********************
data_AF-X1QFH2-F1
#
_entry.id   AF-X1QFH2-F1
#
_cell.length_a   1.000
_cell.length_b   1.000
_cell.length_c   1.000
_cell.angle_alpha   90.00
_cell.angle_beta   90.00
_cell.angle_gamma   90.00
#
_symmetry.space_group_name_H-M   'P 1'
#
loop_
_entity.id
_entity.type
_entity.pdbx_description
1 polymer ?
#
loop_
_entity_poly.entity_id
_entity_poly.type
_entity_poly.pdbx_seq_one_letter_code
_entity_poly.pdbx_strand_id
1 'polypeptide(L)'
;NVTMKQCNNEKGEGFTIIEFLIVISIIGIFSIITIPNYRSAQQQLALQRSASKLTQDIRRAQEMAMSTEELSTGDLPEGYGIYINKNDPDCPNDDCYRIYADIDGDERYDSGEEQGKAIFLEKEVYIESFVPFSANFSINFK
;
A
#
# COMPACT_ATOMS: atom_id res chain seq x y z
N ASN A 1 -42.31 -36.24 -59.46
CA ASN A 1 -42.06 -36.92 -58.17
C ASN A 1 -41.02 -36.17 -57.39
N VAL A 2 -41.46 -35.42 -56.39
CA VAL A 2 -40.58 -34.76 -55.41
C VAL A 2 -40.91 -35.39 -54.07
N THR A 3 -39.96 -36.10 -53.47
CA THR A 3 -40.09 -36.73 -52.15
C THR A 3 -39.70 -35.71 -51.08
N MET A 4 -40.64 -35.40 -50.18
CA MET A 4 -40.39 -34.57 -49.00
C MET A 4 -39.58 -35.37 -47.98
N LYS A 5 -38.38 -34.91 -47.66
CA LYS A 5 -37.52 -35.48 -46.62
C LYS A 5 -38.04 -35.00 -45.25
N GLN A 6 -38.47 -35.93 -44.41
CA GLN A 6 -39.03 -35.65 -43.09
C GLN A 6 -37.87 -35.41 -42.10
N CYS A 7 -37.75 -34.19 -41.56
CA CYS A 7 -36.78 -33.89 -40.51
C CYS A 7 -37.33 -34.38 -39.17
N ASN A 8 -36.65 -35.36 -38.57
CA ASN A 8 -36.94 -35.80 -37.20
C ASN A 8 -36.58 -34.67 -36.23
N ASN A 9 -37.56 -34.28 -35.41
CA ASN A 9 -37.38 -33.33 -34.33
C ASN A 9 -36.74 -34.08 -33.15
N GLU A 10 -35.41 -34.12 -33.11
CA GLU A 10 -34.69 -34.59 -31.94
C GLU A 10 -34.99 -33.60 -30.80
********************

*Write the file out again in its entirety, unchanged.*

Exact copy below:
data_AF-X1QFH2-F1
#
_entry.id   AF-X1QFH2-F1
#
_cell.length_a   1.000
_cell.length_b   1.000
_cell.length_c   1.000
_cell.angle_alpha   90.00
_cell.angle_beta   90.00
_cell.angle_gamma   90.00
#
_symmetry.space_group_name_H-M   'P 1'
#
loop_
_entity.id
_entity.type
_entity.pdbx_description
1 polymer ?
#
loop_
_entity_poly.entity_id
_entity_poly.type
_entity_poly.pdbx_seq_one_letter_code
_entity_poly.pdbx_strand_id
1 'polypeptide(L)'
;NVTMKQCNNEKGEGFTIIEFLIVISIIGIFSIITIPNYRSAQQQLALQRSASKLTQDIRRAQEMAMSTEELSTGDLPEGYGIYINKNDPDCPNDDCYRIYADIDGDERYDSGEEQGKAIFLEKEVYIESFVPFSANFSINFK
;
A
#
# COMPACT_ATOMS: atom_id res chain seq x y z
N ASN A 1 -42.31 -36.24 -59.46
CA ASN A 1 -42.06 -36.92 -58.17
C ASN A 1 -41.02 -36.17 -57.39
N VAL A 2 -41.46 -35.42 -56.39
CA VAL A 2 -40.58 -34.76 -55.41
C VAL A 2 -40.91 -35.39 -54.07
N THR A 3 -39.96 -36.10 -53.47
CA THR A 3 -40.09 -36.73 -52.15
C THR A 3 -39.70 -35.71 -51.08
N MET A 4 -40.64 -35.40 -50.18
CA MET A 4 -40.39 -34.57 -49.00
C MET A 4 -39.58 -35.37 -47.98
N LYS A 5 -38.38 -34.91 -47.66
CA LYS A 5 -37.52 -35.48 -46.62
C LYS A 5 -38.04 -35.00 -45.25
N GLN A 6 -38.47 -35.93 -44.41
CA GLN A 6 -39.03 -35.65 -43.09
C GLN A 6 -37.87 -35.41 -42.10
N CYS A 7 -37.75 -34.19 -41.56
CA CYS A 7 -36.78 -33.89 -40.51
C CYS A 7 -37.33 -34.38 -39.17
N ASN A 8 -36.65 -35.36 -38.57
CA ASN A 8 -36.94 -35.80 -37.20
C ASN A 8 -36.58 -34.67 -36.23
N ASN A 9 -37.56 -34.28 -35.41
CA ASN A 9 -37.38 -33.33 -34.33
C ASN A 9 -36.74 -34.08 -33.15
N GLU A 10 -35.41 -34.12 -33.11
CA GLU A 10 -34.69 -34.59 -31.94
C GLU A 10 -34.99 -33.60 -30.80